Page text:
Under Trump, climate change not a national security threat




 

WASHINGTON (AP) - President Donald Trump removed climate change from the list of worldwide threats menacing the United States on Monday, a shift that underscores the long-term ramifications of the "America first" world view he laid out in his new National Security Strategy.

The document depicts Russia and China as combative rivals in perpetual competition with the U.S. But it makes no mention of what scientists say are the dangers posed by a warming climate, including more extreme weather events that could spark humanitarian crises, mass migrations, and conflict.

It's a significant departure from the Obama administration, which had described climate change as an "urgent and growing threat to our national security." And it demonstrates how Trump, despite struggling to push his own agenda through a Republican-controlled Congress, has been able to unilaterally dismantle one of his predecessor's signature efforts.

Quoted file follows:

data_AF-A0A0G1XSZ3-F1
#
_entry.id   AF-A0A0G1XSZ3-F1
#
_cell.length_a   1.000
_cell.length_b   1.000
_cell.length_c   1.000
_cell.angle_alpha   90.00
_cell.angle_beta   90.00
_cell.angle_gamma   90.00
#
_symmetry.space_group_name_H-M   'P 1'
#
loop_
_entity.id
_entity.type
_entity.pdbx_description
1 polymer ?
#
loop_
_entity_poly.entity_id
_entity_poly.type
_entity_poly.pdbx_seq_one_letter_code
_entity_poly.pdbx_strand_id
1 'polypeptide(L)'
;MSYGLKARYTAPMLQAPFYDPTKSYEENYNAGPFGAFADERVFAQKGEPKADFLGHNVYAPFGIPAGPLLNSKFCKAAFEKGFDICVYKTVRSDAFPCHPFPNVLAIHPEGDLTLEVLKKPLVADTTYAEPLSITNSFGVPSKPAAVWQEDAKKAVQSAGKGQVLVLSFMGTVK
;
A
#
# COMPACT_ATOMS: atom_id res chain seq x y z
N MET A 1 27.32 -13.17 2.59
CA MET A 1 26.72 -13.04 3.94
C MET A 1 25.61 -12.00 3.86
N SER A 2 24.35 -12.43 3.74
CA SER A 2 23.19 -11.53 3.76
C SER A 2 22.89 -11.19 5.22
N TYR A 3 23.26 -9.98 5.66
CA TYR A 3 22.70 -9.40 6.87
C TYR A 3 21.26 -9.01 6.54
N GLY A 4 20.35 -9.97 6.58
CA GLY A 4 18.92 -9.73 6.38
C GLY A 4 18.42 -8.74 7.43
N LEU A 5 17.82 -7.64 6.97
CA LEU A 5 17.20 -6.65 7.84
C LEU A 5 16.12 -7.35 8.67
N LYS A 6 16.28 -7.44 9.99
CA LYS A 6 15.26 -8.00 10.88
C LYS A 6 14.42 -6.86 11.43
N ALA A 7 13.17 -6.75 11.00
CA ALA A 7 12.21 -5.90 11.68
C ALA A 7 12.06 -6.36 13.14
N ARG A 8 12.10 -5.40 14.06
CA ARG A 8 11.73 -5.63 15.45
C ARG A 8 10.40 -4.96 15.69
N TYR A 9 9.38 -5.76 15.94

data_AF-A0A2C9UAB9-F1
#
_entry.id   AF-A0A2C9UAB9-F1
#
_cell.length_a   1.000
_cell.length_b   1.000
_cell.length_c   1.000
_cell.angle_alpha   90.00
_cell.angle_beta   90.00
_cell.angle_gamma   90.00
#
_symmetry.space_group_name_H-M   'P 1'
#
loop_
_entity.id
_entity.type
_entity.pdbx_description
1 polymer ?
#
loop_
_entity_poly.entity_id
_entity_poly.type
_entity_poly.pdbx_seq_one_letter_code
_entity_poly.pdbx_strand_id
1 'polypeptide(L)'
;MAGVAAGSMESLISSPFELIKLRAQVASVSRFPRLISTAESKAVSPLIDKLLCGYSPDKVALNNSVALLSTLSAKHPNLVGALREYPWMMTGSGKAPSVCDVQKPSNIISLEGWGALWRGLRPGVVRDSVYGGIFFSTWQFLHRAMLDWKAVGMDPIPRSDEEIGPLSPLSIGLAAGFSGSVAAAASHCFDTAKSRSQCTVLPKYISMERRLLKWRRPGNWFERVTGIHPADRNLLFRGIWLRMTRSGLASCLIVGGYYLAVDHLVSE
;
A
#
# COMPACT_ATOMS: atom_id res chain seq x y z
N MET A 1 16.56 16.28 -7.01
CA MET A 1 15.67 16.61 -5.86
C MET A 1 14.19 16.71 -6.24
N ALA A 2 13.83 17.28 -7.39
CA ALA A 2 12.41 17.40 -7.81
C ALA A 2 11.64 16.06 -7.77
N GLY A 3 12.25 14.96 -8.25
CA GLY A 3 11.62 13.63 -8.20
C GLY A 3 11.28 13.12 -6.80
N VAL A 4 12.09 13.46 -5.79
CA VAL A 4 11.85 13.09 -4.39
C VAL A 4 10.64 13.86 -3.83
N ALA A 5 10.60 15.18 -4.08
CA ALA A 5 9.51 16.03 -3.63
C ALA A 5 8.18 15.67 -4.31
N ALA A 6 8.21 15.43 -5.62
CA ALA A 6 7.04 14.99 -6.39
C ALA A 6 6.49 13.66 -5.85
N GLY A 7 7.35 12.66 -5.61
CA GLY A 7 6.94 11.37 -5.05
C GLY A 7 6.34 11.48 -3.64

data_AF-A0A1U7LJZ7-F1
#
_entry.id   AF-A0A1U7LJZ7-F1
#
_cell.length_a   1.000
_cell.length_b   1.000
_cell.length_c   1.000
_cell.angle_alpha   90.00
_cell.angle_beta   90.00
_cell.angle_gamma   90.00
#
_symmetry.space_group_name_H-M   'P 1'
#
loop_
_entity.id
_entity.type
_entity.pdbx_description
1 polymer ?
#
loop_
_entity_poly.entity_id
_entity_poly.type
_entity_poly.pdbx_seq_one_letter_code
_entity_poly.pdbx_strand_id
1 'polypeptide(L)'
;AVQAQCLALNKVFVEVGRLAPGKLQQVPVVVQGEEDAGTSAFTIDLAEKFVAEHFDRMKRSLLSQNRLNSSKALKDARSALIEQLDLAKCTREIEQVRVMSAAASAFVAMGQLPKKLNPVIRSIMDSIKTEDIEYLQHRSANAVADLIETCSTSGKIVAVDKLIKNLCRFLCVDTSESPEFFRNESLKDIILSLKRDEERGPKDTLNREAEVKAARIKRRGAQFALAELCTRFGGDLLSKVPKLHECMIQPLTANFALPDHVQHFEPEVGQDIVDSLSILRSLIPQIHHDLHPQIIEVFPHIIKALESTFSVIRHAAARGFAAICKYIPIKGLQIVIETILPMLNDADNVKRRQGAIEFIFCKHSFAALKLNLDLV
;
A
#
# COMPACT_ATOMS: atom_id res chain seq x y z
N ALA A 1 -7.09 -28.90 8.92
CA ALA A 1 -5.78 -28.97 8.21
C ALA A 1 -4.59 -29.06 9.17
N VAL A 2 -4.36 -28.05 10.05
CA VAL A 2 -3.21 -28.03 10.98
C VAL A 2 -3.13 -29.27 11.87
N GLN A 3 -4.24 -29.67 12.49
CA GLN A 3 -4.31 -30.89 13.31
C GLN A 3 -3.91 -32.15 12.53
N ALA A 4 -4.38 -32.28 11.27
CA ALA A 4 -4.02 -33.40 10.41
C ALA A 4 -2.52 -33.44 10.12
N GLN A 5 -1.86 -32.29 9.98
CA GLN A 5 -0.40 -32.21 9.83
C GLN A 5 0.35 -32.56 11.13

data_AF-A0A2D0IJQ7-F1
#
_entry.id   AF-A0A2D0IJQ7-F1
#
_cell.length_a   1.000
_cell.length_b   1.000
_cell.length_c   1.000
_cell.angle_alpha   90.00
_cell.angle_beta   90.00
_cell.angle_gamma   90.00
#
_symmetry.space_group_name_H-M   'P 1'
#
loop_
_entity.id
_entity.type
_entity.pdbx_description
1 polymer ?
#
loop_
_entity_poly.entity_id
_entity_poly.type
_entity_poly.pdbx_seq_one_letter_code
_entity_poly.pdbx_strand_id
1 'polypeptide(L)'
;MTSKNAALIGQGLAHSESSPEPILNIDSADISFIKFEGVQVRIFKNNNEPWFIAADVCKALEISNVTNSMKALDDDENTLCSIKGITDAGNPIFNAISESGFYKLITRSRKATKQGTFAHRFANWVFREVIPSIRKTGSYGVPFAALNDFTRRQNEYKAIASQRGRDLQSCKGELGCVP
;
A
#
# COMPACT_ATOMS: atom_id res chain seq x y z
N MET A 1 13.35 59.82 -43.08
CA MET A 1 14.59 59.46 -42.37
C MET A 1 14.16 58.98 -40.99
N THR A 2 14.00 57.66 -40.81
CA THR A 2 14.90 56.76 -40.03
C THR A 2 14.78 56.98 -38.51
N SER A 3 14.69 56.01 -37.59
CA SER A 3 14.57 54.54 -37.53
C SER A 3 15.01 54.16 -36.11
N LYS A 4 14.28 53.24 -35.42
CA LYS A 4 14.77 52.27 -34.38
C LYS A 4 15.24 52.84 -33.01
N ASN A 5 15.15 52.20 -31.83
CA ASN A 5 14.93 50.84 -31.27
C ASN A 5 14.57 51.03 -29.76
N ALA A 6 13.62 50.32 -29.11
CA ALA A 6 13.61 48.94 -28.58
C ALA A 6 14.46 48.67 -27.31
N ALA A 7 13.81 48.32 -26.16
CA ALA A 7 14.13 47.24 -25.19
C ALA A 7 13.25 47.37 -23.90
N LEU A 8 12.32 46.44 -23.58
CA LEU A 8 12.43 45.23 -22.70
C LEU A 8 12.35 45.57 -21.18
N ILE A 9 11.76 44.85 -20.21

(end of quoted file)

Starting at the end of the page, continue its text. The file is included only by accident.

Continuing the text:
As far back as 2003, during George W. Bush's presidency, a report commissioned by the Defense Department said abrupt climate change threatened "disruption and conflict," refugee crises, border tensions and more military conflicts.

Trump's national security report, required annually by Congress, emphasizes that economic security is national security for the U.S. It makes clear the United States will unilaterally defend its sovereignty, even if that means risking existing agreements with other countries.

The new document doesn't eliminate references to the environment entirely. It "recognizes the importance of environmental stewardship" and says that "climate policies will continue to shape the global energy system."